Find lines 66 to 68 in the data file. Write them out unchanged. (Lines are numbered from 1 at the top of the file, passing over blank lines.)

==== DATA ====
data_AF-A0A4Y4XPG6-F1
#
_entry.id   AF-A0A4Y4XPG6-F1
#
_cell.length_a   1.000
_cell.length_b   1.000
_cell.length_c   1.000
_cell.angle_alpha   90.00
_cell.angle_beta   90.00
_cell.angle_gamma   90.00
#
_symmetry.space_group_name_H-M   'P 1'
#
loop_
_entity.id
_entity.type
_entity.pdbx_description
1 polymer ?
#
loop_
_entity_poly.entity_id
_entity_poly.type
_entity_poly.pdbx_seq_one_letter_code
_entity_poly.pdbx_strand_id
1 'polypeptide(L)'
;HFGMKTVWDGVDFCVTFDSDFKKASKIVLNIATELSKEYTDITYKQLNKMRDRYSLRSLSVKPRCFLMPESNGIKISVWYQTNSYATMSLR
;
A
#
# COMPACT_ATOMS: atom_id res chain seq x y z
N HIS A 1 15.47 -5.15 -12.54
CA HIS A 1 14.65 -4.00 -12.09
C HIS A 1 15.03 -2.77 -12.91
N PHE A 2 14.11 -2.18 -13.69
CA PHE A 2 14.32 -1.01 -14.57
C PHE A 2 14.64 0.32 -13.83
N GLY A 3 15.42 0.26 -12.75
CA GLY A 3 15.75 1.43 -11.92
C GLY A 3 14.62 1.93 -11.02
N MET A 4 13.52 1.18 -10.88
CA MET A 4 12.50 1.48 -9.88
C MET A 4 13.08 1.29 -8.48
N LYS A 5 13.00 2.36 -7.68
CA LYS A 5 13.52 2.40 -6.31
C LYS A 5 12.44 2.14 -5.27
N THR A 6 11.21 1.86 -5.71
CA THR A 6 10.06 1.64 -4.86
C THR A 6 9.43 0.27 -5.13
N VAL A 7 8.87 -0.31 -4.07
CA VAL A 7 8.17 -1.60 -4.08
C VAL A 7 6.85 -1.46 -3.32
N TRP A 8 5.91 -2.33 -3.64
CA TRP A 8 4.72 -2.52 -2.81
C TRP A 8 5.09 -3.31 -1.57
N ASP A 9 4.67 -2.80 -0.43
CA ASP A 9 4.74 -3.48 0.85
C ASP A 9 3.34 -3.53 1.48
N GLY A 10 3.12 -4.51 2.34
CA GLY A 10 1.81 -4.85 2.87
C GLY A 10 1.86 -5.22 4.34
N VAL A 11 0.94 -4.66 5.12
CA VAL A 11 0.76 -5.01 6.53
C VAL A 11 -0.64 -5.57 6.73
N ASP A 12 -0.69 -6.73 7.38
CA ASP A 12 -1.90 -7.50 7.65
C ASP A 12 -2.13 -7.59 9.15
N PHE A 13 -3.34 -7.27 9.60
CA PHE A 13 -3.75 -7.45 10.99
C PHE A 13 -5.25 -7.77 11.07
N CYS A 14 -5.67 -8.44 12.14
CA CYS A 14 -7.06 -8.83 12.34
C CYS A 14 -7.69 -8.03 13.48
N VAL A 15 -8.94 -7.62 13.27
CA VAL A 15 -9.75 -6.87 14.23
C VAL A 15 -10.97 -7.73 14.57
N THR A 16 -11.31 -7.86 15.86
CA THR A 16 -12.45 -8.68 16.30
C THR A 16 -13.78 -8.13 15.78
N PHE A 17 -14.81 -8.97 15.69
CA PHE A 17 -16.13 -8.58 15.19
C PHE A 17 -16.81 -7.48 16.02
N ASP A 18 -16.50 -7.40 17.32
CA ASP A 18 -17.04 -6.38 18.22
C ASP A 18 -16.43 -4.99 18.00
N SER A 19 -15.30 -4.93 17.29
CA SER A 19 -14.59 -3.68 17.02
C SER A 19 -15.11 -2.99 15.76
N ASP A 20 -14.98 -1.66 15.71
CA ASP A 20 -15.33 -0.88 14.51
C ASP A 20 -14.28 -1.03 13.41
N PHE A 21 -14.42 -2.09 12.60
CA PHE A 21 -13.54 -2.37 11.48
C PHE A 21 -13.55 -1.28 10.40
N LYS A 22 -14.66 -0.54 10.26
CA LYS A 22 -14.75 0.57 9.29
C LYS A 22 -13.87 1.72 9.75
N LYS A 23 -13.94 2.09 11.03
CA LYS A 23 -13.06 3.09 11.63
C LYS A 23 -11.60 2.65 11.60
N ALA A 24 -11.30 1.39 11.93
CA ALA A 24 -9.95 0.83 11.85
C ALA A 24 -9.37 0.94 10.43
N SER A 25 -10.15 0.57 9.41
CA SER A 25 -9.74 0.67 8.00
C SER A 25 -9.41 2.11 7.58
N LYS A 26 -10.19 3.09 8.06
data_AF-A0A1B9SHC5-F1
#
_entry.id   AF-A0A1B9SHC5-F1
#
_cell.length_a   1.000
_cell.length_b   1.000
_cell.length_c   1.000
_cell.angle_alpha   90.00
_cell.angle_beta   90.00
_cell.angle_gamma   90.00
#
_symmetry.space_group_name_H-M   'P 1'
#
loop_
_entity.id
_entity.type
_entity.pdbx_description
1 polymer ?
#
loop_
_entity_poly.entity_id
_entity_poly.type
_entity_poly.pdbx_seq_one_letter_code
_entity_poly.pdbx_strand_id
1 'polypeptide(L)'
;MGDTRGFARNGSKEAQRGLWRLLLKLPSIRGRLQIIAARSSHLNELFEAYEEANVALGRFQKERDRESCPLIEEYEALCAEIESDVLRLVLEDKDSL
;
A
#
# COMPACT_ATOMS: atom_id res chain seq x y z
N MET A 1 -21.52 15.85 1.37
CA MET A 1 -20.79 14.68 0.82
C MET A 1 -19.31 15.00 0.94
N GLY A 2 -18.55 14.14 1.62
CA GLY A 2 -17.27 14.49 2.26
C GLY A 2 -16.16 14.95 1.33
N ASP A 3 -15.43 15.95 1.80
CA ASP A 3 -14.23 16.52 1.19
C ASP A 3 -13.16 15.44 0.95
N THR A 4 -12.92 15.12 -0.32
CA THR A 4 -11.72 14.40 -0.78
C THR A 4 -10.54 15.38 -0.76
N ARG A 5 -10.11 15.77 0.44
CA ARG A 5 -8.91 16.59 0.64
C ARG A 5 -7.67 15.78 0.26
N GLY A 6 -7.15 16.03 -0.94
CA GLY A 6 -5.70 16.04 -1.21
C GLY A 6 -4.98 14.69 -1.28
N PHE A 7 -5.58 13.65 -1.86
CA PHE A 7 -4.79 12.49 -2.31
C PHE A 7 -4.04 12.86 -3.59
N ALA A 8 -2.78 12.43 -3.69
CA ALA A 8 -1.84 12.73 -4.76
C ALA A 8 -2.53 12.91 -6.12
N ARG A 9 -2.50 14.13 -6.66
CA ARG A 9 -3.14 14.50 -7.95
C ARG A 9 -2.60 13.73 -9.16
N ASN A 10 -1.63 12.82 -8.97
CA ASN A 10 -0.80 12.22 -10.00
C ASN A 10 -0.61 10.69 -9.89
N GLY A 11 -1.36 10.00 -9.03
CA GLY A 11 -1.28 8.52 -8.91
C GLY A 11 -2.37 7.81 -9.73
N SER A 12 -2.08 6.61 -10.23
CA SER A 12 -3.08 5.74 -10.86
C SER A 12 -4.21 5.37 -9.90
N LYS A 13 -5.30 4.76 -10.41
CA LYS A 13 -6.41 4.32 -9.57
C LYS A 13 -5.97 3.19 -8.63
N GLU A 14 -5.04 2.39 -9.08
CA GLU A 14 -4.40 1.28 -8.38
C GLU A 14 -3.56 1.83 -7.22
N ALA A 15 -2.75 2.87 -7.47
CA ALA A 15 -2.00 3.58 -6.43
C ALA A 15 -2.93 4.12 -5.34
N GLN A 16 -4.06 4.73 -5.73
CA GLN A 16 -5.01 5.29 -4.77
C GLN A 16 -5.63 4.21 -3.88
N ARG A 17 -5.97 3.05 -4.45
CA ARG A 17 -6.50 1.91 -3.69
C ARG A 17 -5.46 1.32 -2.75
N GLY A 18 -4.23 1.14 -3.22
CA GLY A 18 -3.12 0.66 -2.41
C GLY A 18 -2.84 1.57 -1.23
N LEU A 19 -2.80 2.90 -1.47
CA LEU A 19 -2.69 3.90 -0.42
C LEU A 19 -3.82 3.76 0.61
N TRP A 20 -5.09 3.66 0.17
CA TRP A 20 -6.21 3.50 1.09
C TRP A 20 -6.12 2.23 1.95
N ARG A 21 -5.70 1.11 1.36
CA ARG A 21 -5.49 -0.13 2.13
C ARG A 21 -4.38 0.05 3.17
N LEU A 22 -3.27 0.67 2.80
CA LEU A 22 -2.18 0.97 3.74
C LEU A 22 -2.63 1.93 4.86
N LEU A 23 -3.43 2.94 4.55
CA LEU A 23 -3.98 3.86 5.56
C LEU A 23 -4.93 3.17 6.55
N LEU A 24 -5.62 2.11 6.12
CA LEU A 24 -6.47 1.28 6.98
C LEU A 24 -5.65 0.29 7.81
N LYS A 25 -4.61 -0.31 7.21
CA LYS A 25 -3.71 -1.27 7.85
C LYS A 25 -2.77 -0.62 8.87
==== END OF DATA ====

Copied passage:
C ASP A 12 -2.13 -7.59 9.15
N PHE A 13 -3.34 -7.27 9.60
CA PHE A 13 -3.75 -7.45 10.99